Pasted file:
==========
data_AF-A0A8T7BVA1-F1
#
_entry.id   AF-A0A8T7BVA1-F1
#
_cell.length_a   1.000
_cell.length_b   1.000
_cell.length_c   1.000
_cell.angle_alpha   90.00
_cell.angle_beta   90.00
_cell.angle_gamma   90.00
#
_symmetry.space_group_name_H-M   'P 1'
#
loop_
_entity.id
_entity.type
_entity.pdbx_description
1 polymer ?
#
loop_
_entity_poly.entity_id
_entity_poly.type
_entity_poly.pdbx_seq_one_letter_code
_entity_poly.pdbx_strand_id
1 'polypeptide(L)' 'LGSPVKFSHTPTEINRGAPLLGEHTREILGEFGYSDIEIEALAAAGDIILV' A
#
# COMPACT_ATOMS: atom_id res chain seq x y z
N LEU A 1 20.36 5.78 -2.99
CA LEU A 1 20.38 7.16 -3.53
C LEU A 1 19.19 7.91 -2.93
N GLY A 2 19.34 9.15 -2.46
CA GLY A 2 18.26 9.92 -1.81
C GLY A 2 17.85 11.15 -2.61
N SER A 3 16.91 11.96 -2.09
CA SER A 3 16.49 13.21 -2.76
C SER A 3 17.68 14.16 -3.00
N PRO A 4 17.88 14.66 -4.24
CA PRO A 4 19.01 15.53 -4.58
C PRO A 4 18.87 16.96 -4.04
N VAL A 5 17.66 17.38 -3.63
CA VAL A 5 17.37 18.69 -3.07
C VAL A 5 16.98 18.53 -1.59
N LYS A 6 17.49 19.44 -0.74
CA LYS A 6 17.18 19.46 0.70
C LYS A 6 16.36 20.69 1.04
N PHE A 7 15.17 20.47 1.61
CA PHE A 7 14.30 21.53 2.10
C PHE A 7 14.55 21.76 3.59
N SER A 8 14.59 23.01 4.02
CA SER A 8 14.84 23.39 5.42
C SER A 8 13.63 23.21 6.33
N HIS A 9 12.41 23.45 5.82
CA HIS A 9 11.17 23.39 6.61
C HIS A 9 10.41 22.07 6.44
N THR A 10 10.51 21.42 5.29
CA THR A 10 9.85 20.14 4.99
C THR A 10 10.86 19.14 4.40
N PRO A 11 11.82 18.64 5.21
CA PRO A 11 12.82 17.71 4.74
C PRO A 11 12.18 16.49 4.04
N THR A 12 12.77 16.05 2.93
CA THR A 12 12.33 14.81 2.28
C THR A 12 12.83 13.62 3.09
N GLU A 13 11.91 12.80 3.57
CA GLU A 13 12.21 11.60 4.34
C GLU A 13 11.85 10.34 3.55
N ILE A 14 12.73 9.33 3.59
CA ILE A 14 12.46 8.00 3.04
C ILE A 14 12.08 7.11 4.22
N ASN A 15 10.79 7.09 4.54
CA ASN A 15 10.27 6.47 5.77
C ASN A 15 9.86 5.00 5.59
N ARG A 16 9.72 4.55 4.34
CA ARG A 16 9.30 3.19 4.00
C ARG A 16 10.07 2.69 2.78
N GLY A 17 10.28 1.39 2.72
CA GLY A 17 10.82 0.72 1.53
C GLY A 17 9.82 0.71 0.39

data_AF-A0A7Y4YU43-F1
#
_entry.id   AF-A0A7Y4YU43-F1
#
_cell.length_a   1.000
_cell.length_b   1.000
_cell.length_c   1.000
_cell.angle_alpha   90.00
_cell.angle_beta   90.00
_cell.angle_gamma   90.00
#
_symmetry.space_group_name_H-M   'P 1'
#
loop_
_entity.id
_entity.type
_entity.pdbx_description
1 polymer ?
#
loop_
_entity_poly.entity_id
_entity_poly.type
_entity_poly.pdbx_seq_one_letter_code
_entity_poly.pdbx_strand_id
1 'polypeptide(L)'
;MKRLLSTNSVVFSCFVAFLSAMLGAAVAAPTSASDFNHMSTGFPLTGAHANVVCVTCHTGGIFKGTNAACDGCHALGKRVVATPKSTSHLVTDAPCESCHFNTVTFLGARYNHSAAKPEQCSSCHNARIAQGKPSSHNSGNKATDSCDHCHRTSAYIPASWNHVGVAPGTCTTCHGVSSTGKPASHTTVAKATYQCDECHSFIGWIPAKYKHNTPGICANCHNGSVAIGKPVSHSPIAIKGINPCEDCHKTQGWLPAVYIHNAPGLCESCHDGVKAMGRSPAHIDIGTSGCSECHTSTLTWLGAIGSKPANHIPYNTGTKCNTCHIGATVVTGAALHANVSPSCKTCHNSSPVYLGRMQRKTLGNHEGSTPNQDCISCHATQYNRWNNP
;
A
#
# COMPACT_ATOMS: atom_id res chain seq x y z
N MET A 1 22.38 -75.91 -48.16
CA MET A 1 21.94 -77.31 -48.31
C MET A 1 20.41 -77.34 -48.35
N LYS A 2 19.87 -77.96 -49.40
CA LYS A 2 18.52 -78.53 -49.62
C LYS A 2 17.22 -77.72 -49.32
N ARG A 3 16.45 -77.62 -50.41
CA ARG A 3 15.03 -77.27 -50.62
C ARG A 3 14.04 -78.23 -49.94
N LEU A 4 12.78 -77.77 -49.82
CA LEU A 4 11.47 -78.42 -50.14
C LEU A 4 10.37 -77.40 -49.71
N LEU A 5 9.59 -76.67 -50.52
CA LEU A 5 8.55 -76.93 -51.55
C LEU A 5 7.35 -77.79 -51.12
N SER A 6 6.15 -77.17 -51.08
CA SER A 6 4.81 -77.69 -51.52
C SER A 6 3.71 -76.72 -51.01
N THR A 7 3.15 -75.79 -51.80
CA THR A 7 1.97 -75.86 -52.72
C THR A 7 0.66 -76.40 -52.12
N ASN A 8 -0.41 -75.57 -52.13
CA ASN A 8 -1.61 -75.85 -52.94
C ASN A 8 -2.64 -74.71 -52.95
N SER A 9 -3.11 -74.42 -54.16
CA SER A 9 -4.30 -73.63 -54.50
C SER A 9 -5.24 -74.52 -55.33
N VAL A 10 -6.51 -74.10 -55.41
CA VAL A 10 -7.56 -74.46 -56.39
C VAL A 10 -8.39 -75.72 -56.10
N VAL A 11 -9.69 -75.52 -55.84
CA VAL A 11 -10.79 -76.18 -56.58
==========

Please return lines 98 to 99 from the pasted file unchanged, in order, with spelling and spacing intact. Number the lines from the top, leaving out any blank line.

loop_
_entity_poly.entity_id